Statistical tests: matched pairs categorical dataBMJ 2011; 343 doi: https://doi.org/10.1136/bmj.d6623 (Published 19 October 2011) Cite this as: BMJ 2011;343:d6623
- Philip Sedgwick, senior lecturer in medical statistics
- 1Centre for Medical and Healthcare Education, St George’s, University of London, Tooting, London, UK
Researchers investigated the effectiveness of seat belts for protecting children involved in car crashes.1 They selected a sample of all car crashes within prescribed geographical regions of Canada between 1984 and 1992 that resulted in injury or death. Cars involved in a crash were selected only if one of the occupants was aged 4-14 years and the seat belt status (belted or unbelted) of all occupants was known.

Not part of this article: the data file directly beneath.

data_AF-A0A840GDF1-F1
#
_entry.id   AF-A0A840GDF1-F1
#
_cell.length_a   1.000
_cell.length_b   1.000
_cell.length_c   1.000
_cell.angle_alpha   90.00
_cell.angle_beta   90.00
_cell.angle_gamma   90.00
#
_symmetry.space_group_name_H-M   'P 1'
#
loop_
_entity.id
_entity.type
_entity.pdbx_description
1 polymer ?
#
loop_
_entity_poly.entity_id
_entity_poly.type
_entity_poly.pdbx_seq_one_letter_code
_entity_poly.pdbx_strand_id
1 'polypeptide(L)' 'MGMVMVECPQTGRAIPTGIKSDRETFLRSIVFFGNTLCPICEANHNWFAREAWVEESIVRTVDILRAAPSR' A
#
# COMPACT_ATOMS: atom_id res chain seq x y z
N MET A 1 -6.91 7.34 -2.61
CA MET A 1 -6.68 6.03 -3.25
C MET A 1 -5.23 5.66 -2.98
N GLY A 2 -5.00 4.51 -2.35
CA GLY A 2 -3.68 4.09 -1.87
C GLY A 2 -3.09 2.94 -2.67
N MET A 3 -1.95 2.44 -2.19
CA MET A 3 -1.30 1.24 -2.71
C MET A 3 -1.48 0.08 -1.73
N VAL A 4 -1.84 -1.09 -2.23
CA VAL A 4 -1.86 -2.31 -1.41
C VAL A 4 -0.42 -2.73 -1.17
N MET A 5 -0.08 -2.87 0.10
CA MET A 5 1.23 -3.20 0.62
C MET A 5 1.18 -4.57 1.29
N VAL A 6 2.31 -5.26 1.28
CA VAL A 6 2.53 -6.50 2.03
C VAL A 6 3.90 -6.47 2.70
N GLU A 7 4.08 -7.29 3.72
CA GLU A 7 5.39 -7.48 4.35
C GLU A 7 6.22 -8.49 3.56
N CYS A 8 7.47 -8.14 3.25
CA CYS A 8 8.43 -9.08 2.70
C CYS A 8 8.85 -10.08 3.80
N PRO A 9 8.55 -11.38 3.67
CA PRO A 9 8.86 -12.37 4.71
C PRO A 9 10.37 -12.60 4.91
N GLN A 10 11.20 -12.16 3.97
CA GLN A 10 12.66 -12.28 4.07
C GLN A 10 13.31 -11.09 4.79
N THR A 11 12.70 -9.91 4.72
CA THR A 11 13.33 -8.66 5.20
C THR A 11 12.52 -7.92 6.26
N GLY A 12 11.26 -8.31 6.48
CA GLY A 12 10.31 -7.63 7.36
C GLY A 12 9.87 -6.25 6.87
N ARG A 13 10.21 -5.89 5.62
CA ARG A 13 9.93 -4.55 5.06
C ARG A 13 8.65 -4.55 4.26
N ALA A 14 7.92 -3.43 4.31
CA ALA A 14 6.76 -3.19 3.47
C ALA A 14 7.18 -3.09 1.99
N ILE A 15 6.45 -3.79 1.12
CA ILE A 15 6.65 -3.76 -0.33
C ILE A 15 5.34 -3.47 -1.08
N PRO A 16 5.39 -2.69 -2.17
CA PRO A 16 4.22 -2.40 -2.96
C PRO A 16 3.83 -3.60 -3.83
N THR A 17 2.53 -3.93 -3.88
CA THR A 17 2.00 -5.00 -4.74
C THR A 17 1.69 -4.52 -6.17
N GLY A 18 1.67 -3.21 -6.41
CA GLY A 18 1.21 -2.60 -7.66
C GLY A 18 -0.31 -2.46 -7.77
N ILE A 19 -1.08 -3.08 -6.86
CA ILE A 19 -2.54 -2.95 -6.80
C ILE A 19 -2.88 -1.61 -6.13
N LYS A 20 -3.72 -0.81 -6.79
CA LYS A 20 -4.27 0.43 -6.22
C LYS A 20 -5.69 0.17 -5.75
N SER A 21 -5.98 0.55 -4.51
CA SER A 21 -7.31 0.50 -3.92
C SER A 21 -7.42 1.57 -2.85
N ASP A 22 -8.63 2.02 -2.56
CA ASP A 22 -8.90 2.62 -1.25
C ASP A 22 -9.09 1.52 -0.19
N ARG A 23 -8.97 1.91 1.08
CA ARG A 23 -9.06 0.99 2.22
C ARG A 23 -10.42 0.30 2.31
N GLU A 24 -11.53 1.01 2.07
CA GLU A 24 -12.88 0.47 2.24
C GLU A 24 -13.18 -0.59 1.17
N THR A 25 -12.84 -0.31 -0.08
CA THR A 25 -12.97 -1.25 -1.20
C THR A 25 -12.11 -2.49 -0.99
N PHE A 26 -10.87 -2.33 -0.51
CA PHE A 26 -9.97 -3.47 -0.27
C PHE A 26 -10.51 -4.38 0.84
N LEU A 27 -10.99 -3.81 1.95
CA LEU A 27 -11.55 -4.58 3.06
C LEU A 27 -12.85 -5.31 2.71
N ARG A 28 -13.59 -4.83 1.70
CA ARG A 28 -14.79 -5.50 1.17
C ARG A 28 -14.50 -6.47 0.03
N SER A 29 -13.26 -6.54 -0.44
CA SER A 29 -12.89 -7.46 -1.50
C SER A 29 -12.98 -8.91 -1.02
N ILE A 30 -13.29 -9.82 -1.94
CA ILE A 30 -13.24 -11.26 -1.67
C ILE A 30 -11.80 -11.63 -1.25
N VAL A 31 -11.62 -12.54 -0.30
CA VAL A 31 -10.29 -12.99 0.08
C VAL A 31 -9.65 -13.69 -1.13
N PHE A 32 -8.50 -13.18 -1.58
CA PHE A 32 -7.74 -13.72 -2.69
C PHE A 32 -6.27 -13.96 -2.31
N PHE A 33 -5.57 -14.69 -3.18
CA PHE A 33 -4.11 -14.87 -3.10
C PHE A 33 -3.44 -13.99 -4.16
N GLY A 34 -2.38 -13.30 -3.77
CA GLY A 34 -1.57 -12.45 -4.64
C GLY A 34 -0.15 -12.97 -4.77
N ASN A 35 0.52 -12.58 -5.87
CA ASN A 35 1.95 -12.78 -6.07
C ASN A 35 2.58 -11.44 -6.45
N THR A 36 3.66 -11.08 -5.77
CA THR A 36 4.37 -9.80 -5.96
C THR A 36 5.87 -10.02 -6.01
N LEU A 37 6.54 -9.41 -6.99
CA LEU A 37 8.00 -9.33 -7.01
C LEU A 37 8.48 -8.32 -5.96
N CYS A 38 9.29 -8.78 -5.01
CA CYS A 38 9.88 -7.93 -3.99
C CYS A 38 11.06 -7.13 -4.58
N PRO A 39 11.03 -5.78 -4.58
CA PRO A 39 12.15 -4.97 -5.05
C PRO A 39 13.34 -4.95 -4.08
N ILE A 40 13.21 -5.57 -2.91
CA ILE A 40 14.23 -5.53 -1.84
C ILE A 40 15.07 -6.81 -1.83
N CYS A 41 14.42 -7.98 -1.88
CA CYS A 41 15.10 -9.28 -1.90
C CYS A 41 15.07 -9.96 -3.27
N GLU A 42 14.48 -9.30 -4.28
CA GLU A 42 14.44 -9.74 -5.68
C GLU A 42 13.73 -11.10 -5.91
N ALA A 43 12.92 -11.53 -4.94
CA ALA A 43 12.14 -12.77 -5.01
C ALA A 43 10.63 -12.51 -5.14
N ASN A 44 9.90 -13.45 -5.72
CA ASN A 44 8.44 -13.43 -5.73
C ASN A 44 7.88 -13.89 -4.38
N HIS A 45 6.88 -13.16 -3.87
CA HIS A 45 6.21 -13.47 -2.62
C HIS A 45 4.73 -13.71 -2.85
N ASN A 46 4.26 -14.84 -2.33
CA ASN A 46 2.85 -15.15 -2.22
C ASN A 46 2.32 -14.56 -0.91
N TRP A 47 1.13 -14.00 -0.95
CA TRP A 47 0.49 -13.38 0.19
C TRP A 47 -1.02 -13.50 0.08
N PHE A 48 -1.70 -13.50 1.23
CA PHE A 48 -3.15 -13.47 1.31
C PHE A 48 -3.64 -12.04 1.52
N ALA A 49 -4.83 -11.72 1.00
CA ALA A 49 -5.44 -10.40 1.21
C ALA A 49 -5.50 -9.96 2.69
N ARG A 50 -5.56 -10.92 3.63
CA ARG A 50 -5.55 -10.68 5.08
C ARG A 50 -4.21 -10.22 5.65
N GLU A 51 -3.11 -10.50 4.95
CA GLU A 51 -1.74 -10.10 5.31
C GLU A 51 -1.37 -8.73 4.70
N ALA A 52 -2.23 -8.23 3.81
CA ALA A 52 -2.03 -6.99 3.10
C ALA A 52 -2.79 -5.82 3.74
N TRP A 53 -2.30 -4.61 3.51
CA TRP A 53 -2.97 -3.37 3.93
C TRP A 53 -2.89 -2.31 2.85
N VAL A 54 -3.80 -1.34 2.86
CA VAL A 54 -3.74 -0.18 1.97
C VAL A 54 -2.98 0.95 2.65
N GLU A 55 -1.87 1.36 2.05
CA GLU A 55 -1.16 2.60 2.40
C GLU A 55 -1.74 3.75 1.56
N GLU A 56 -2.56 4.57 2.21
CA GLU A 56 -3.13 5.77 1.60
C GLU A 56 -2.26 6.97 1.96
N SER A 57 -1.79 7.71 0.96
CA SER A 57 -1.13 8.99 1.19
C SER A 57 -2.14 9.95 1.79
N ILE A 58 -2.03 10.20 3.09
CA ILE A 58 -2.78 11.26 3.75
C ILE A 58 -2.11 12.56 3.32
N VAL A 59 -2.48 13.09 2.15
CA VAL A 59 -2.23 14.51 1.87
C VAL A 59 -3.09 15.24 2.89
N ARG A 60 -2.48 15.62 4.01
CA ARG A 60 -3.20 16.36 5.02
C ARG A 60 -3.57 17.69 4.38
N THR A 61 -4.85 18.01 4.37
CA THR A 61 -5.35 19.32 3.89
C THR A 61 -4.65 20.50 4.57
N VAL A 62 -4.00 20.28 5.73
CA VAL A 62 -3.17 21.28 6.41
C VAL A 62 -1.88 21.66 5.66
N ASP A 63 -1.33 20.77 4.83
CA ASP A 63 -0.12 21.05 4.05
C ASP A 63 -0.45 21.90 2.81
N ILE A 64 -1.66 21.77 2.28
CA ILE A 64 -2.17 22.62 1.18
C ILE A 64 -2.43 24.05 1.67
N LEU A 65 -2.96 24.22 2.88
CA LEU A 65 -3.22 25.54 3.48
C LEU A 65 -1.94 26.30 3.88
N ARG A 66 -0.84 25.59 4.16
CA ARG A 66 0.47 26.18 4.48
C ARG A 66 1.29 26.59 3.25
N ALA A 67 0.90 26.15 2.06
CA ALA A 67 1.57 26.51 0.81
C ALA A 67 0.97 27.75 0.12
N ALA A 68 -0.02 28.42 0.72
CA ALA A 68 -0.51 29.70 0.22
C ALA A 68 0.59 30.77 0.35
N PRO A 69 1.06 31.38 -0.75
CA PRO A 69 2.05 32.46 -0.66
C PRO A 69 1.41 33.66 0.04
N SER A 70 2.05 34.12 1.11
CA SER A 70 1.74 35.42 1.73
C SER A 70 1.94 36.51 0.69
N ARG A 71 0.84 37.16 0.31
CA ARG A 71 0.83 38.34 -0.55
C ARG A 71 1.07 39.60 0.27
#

The sample comprised 470 cars involved in a crash. For cars with just one child occupant, the researchers recorded whether the child and driver in the car were wearing seat belts, thereby providing two measurements matched by car occupancy. If a car had more than one child occupant, one of the children was randomly selected. The table⇓ shows the association between the seat belt status of the driver and child for each of the 470 matched pairs. The researchers reported a significant difference between drivers and children in the proportion who were wearing a seat belt (P=0.0001). Overall, 59.8% of children were wearing a seat belt compared to …
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